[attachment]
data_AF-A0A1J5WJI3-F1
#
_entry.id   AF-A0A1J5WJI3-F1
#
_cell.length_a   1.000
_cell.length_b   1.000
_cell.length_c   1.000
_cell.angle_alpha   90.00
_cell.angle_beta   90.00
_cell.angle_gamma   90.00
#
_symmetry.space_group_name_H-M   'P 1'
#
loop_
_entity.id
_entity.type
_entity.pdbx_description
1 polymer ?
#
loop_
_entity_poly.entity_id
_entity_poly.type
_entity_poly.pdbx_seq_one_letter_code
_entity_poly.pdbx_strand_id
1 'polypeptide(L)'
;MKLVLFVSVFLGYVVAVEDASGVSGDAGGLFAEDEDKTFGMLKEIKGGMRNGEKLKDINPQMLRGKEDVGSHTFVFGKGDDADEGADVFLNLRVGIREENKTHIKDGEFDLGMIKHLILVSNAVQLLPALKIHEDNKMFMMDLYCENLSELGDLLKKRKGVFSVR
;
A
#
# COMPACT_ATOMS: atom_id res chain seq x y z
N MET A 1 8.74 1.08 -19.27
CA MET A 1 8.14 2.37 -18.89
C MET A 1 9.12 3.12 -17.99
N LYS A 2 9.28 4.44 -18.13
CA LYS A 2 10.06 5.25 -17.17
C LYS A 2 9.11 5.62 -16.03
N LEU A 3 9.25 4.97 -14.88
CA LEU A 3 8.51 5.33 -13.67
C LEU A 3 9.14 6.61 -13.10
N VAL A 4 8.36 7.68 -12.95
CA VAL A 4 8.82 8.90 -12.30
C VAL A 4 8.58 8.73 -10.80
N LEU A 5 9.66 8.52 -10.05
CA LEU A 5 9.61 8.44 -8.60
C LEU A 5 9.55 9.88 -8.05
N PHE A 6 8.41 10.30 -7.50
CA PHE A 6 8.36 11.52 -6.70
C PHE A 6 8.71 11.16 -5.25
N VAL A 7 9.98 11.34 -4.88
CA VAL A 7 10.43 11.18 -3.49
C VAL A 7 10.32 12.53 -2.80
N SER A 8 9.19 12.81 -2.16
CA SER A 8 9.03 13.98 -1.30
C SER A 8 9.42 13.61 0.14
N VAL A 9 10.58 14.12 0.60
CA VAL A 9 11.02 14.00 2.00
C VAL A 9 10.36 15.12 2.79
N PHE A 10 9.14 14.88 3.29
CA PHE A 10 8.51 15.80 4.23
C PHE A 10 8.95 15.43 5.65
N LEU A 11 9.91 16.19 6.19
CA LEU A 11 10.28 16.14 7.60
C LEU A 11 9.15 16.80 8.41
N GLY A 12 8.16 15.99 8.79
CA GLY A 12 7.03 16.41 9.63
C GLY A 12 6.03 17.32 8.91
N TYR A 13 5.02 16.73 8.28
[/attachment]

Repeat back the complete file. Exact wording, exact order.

data_AF-A0A1J5WJI3-F1
#
_entry.id   AF-A0A1J5WJI3-F1
#
_cell.length_a   1.000
_cell.length_b   1.000
_cell.length_c   1.000
_cell.angle_alpha   90.00
_cell.angle_beta   90.00
_cell.angle_gamma   90.00
#
_symmetry.space_group_name_H-M   'P 1'
#
loop_
_entity.id
_entity.type
_entity.pdbx_description
1 polymer ?
#
loop_
_entity_poly.entity_id
_entity_poly.type
_entity_poly.pdbx_seq_one_letter_code
_entity_poly.pdbx_strand_id
1 'polypeptide(L)'
;MKLVLFVSVFLGYVVAVEDASGVSGDAGGLFAEDEDKTFGMLKEIKGGMRNGEKLKDINPQMLRGKEDVGSHTFVFGKGDDADEGADVFLNLRVGIREENKTHIKDGEFDLGMIKHLILVSNAVQLLPALKIHEDNKMFMMDLYCENLSELGDLLKKRKGVFSVR
;
A
#
# COMPACT_ATOMS: atom_id res chain seq x y z
N MET A 1 8.74 1.08 -19.27
CA MET A 1 8.14 2.37 -18.89
C MET A 1 9.12 3.12 -17.99
N LYS A 2 9.28 4.44 -18.13
CA LYS A 2 10.06 5.25 -17.17
C LYS A 2 9.11 5.62 -16.03
N LEU A 3 9.25 4.97 -14.88
CA LEU A 3 8.51 5.33 -13.67
C LEU A 3 9.14 6.61 -13.10
N VAL A 4 8.36 7.68 -12.95
CA VAL A 4 8.82 8.90 -12.30
C VAL A 4 8.58 8.73 -10.80
N LEU A 5 9.66 8.52 -10.05
CA LEU A 5 9.61 8.44 -8.60
C LEU A 5 9.55 9.88 -8.05
N PHE A 6 8.41 10.30 -7.50
CA PHE A 6 8.36 11.52 -6.70
C PHE A 6 8.71 11.16 -5.25
N VAL A 7 9.98 11.34 -4.88
CA VAL A 7 10.43 11.18 -3.49
C VAL A 7 10.32 12.53 -2.80
N SER A 8 9.19 12.81 -2.16
CA SER A 8 9.03 13.98 -1.30
C SER A 8 9.42 13.61 0.14
N VAL A 9 10.58 14.12 0.60
CA VAL A 9 11.02 14.00 2.00
C VAL A 9 10.36 15.12 2.79
N PHE A 10 9.14 14.88 3.29
CA PHE A 10 8.51 15.80 4.23
C PHE A 10 8.95 15.43 5.65
N LEU A 11 9.91 16.19 6.19
CA LEU A 11 10.28 16.14 7.60
C LEU A 11 9.15 16.80 8.41
N GLY A 12 8.16 15.99 8.79
CA GLY A 12 7.03 16.41 9.63
C GLY A 12 6.03 17.32 8.91
N TYR A 13 5.02 16.73 8.28